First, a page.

A long time ago, we wrote about Due Diligence Matters. Even the most-mundane things can become important if you don’t pay attention.
One of the primary responsibilities of junior M&A associates in due diligence is to review material contracts for assignability and change-of-control provisions.
Should be simple, right?
Lawyers at Cravath and/or Cahill Gordon misinterpreted an assignment, and it led to a $115 million reduction in purchase price.
Details after the jump.
Cravath’s Damien Zoubek led the team representing Johnson & Johnson on its investments in drugmaker Elan, which was represented by Cahill Gordon. J&J put in $1 billion for an 18.4% stake in Elan, and $500 million for a majority stake in the Elan’s pipeline of experimental Alzheimer’s drugs. J&J also got an option to acquire a half share in Tysabri, a multiple-sclerosis drug that is expected to drive $1 billion in revenue this year.
The catch was that Biogen had a 50% stake in Tysabri, which Elan was going to exercise a buy-out right on with the J&J money. The problem was that right was only exercisable by either Elan or Biogen upon a change of control of the other. So not only did Elan not have the right to buy out Biogen, Manhattan district court judge Deborah Batts has ruled that Elan’s sale to J&J is a breach of the Elan/Biogen collaboration agreement.
Biogen’s lawyer Michael Gruenglas argued in court on Thursday that Elan had given up rights in breach of its 50-50 partnership with Biogen and “is no longer in the driver’s seat, Johnson & Johnson is driving the car.”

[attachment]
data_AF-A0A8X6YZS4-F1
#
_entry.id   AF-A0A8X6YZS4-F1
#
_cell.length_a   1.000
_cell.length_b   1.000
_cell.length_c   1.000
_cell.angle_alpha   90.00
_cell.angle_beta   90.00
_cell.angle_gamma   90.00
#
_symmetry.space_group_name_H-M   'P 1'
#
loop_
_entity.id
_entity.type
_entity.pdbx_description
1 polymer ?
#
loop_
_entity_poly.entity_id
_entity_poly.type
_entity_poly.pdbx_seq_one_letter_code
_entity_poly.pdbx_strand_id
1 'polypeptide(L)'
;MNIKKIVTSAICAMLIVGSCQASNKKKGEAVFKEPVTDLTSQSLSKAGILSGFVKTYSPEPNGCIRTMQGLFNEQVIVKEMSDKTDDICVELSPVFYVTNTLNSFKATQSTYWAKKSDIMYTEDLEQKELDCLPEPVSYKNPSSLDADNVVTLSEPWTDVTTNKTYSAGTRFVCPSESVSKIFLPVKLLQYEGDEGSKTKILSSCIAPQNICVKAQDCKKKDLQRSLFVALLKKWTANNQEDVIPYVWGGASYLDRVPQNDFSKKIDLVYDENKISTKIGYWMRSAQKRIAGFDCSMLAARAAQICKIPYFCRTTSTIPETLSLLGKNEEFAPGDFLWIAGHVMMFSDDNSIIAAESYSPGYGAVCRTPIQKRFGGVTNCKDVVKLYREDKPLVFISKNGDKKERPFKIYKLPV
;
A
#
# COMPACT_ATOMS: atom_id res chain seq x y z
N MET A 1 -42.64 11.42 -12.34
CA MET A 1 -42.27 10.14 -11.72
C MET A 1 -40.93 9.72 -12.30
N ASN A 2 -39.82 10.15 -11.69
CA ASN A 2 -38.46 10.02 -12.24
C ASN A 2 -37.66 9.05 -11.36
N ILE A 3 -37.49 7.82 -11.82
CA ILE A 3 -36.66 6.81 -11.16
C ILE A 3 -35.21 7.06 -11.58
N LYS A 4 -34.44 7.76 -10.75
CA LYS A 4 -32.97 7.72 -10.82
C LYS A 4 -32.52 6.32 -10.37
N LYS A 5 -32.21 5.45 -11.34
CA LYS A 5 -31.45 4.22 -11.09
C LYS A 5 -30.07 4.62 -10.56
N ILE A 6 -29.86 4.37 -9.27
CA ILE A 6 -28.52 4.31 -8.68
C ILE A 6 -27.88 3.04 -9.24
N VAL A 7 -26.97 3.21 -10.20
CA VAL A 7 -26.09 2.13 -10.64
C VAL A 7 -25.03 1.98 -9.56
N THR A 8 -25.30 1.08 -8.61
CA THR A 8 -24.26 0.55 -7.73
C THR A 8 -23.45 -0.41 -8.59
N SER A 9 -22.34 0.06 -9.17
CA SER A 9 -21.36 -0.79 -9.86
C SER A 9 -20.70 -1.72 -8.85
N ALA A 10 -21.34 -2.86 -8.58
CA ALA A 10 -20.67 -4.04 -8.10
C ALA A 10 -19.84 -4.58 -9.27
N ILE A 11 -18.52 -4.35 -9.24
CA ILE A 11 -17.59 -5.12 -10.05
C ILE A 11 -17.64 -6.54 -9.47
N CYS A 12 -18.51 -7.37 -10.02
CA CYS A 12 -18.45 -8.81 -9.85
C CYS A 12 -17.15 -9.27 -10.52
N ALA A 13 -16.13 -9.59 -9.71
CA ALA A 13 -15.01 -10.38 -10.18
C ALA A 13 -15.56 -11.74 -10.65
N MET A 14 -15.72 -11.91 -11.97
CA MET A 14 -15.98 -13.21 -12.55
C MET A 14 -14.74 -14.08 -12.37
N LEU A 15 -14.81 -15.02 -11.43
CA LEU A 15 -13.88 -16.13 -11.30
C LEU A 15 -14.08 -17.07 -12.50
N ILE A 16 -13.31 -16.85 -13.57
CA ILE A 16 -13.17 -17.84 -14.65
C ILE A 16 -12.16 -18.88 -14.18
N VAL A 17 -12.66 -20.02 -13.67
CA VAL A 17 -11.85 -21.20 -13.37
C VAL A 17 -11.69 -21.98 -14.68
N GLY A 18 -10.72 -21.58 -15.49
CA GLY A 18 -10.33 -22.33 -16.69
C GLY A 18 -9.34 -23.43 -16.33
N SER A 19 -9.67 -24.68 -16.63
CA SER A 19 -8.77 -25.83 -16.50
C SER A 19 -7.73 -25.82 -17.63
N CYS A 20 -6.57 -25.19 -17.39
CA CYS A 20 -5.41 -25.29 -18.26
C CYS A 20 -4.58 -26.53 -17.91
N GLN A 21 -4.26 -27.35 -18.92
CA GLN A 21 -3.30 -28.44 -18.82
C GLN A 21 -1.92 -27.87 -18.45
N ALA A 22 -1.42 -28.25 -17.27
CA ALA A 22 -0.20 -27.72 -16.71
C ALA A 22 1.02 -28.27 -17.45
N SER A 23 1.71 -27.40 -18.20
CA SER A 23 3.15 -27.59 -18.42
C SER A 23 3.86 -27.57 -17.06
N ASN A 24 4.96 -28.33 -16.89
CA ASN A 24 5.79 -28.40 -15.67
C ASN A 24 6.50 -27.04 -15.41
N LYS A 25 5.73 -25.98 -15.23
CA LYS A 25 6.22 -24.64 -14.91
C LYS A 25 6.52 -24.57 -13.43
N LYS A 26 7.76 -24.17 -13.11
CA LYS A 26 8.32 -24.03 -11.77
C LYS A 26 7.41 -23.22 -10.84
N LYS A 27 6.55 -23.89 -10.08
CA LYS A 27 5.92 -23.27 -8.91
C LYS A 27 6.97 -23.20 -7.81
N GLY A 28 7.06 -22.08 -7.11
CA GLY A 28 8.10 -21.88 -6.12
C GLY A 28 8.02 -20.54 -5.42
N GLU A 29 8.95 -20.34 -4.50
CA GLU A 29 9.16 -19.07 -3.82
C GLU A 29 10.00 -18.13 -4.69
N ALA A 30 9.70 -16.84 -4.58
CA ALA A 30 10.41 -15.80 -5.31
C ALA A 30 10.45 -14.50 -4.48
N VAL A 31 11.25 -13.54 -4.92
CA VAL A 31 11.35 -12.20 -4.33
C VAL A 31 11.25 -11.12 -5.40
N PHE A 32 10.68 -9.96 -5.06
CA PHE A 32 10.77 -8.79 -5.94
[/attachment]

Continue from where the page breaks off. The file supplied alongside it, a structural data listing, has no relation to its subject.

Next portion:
Gruenglas was persistently questioned by the judge, but ultimately won the day.
“It appears to the court that Elan has designated an obligation it has to Johnson & Johnson by taking direction from Johnson & Johnson on the purchase price negotiations,” Batts said in a ruling from the bench after five hours of arguments.
Gruenglas (CUNY Brooklyn BS ’83, NYU JD ’90) is a Skadden litigation partner.
Judge Batts gave Biogen until September 26 to cure the breach (which seems incurable to us, but whatever). The solution is that J&J got back $115 million from Elan, and Elan and Biogen will go it alone again on Tysabri.
AmLaw Daily tracked down one of our favorite experts for comment:
Steven Davidoff, a professor at the University of Connecticut School of Law who writes about M&A for the New York Times DealBook blog, says Elan and J&J “took a position on the assignability of the [Tysabri] contract to J&J, and it turns out the position they took is incorrect at best.”
The question, Davidoff says, is: “What did they know? Did they know there was a risk here? And if they did, how did they assign out that risk?”
He’s being too kind, or else there’s something being omitted from the reports. Missing an assignment like this is just a huge, egg-on-the-face mistake.